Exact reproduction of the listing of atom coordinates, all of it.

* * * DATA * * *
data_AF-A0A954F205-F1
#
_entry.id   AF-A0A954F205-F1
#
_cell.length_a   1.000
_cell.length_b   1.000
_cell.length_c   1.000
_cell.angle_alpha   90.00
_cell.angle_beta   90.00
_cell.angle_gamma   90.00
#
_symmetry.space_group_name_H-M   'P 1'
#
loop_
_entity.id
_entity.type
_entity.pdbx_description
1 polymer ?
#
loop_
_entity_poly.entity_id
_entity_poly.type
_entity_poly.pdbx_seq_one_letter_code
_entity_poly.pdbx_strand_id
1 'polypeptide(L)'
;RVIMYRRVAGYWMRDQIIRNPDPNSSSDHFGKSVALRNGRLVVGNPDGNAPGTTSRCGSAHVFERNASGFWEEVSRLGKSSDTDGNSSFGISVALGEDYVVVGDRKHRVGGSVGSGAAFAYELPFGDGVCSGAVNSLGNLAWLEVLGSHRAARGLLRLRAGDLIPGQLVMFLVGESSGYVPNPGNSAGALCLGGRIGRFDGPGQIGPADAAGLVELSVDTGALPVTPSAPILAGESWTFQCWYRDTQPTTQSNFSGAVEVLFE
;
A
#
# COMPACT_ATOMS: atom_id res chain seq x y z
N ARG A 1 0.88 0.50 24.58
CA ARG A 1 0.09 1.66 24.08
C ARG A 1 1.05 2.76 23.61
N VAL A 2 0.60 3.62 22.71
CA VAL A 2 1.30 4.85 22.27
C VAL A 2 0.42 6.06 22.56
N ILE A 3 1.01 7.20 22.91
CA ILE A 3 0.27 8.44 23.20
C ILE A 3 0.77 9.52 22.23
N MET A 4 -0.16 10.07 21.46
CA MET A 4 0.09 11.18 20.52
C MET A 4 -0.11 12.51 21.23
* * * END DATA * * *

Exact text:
data_AF-A0A954F205-F1
#
_entry.id   AF-A0A954F205-F1
#
_cell.length_a   1.000
_cell.length_b   1.000
_cell.length_c   1.000
_cell.angle_alpha   90.00
_cell.angle_beta   90.00
_cell.angle_gamma   90.00
#
_symmetry.space_group_name_H-M   'P 1'
#
loop_
_entity.id
_entity.type
_entity.pdbx_description
1 polymer ?
#
loop_
_entity_poly.entity_id
_entity_poly.type
_entity_poly.pdbx_seq_one_letter_code
_entity_poly.pdbx_strand_id
1 'polypeptide(L)'
;RVIMYRRVAGYWMRDQIIRNPDPNSSSDHFGKSVALRNGRLVVGNPDGNAPGTTSRCGSAHVFERNASGFWEEVSRLGKSSDTDGNSSFGISVALGEDYVVVGDRKHRVGGSVGSGAAFAYELPFGDGVCSGAVNSLGNLAWLEVLGSHRAARGLLRLRAGDLIPGQLVMFLVGESSGYVPNPGNSAGALCLGGRIGRFDGPGQIGPADAAGLVELSVDTGALPVTPSAPILAGESWTFQCWYRDTQPTTQSNFSGAVEVLFE
;
A
#
# COMPACT_ATOMS: atom_id res chain seq x y z
N ARG A 1 0.88 0.50 24.58
CA ARG A 1 0.09 1.66 24.08
C ARG A 1 1.05 2.76 23.61
N VAL A 2 0.60 3.62 22.71
CA VAL A 2 1.30 4.85 22.27
C VAL A 2 0.42 6.06 22.56
N ILE A 3 1.01 7.20 22.91
CA ILE A 3 0.27 8.44 23.20
C ILE A 3 0.77 9.52 22.23
N MET A 4 -0.16 10.07 21.46
CA MET A 4 0.09 11.18 20.52
C MET A 4 -0.11 12.51 21.23